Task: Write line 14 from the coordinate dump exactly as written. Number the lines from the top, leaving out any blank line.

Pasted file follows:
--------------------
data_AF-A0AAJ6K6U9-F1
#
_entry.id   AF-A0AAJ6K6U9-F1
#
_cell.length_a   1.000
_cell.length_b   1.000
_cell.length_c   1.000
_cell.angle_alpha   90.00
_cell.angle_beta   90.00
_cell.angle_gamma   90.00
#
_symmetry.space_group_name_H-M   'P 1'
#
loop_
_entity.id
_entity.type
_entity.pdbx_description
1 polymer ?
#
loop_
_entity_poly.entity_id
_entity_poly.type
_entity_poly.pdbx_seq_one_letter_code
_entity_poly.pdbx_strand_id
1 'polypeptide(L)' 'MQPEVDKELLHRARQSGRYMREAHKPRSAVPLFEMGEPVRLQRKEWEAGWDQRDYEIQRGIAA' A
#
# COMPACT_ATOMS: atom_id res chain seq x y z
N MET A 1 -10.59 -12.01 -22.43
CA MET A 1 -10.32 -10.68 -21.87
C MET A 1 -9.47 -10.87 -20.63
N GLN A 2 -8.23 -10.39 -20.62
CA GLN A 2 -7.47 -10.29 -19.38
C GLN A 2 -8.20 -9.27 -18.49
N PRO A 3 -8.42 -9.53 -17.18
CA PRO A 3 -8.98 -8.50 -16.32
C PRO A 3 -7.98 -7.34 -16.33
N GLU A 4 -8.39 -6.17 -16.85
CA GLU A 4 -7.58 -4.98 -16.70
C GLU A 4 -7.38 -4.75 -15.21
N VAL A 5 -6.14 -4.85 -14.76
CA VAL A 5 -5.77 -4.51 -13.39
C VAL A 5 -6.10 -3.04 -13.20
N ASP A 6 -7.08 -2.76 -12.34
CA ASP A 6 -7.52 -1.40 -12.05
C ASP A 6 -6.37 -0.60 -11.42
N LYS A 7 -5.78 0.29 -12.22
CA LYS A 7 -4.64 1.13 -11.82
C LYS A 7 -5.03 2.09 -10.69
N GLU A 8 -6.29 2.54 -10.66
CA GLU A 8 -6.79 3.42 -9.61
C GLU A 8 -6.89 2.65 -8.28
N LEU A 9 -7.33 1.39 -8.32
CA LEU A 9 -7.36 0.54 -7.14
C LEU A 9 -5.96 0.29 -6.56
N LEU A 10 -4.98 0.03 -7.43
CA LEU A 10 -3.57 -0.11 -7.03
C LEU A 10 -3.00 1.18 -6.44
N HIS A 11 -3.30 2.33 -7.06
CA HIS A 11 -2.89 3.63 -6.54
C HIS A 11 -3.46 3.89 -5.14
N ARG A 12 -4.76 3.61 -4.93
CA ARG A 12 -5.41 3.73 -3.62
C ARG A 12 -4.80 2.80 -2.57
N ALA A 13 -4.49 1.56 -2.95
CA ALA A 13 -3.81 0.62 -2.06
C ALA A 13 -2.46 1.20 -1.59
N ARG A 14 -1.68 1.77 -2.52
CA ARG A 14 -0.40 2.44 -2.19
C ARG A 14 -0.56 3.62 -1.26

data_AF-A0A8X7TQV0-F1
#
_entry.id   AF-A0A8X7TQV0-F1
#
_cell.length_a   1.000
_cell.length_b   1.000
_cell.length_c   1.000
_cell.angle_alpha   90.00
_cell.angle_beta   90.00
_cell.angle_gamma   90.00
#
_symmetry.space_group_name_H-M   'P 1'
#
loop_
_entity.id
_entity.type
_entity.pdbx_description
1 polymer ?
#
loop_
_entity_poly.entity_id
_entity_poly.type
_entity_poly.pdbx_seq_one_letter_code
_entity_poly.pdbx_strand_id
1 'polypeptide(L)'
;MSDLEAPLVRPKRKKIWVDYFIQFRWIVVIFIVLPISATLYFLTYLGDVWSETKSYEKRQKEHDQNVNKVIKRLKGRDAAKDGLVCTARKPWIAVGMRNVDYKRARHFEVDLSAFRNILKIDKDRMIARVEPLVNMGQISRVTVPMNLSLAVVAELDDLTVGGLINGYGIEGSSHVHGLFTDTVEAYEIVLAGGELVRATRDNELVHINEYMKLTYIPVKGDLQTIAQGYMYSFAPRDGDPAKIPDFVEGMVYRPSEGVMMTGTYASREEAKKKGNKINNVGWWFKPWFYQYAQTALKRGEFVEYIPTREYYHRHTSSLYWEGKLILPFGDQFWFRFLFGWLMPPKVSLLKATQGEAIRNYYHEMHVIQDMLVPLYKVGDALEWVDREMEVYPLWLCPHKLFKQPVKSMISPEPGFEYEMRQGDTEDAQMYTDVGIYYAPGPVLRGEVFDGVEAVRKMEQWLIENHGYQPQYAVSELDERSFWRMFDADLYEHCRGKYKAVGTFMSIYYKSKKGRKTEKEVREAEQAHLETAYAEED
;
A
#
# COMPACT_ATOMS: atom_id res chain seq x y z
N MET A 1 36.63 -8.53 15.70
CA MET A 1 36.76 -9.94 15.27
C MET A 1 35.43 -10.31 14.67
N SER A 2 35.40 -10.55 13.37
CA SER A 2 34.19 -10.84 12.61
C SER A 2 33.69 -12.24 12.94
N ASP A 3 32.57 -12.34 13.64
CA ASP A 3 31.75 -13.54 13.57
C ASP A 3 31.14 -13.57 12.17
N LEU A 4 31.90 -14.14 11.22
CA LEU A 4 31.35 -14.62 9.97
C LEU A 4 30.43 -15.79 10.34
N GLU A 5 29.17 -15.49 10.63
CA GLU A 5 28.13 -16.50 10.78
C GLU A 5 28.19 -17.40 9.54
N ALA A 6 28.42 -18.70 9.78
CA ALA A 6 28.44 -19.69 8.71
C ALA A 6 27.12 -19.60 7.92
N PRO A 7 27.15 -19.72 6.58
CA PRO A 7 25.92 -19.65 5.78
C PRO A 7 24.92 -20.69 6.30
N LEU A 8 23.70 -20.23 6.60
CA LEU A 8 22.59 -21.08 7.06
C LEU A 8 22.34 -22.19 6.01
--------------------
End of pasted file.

loop_